Some of those who voted for him also voted for Bernie with the hope both would bring change to the country but in different ways. Bernie also didn't want more foreign wars. He also thought our trade deals had been flawed. Anybody who doesn't have Medicare, Medicaid, work for the government, or a big corporation understands how badly premiums are rising with ACA. It needs to be fixed and exactly how, it's hard to say. Trump has said people need to have health care, and he has suggested a few ideas during the campaign. It's hard to say what the Republicans will do now that they have an opportunity to try other plans. I could write a whole blog on how this health care system was always going to end up like it is but this is not about that.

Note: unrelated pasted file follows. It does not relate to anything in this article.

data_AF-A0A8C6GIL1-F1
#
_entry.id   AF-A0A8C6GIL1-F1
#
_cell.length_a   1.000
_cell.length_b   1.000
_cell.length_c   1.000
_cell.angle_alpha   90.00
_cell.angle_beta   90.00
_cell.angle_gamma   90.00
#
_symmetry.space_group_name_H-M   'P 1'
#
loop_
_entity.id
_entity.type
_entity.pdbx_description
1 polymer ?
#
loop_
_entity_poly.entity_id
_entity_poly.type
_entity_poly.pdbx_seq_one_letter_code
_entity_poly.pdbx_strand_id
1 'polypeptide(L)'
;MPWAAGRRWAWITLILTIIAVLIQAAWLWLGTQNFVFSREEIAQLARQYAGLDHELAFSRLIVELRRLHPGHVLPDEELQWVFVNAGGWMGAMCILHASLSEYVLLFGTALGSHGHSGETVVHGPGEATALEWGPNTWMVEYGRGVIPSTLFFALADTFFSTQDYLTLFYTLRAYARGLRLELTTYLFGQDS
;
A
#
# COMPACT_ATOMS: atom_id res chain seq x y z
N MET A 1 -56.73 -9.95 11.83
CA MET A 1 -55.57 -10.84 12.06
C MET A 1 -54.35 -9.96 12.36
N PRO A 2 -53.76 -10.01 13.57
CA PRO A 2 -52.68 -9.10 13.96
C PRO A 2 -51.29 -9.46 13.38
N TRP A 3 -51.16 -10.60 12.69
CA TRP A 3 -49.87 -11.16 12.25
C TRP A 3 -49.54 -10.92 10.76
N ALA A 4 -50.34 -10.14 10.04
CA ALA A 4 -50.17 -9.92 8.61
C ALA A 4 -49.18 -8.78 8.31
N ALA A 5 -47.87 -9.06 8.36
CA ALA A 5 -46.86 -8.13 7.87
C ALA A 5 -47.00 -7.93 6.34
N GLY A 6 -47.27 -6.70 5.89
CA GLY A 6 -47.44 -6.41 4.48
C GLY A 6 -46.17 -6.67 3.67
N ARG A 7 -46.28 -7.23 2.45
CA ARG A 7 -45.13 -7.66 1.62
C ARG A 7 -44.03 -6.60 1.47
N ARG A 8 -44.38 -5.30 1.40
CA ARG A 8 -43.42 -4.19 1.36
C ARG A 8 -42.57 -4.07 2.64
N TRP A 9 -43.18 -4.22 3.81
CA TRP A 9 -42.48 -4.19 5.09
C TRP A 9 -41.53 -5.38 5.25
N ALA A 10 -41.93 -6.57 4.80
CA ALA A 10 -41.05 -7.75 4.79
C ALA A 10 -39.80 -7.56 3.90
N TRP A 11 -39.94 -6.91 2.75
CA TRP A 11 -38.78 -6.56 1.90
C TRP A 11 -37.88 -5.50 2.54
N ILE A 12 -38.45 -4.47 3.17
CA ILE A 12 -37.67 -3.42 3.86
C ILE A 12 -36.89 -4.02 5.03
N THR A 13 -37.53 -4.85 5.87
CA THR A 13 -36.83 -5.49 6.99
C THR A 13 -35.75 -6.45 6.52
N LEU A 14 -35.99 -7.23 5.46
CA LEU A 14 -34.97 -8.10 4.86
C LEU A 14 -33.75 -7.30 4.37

The ugliness that has been thrown at Trump (some his own doing) during the election was done by an elite media, intellectuals, celebrities, and neocons who are in both parties. Wars benefit some a lot. Rage and out of control emotions help hedge fund guys make more money off the panic.
Despite what Moyers said, this country isn't gone. It just is made up of more than those elites. It is made up of those where when foreign workers flow in and work for lower wages, their wages are lowered and jobs lost. It's made up of those who didn't profit when corporations sent manufacturing overseas. It's made up of those who believed in the values with which they were raised and can't understand why that is bad. They voted for Trump despite all the media did to convince them that the builder, showman, gambler, and maybe conman was also a raging maniac. He convinced the people of who he was by bypassing expensive ads and going directly to the people. He won, and it cost him $5 a vote. Guess who is angry at that.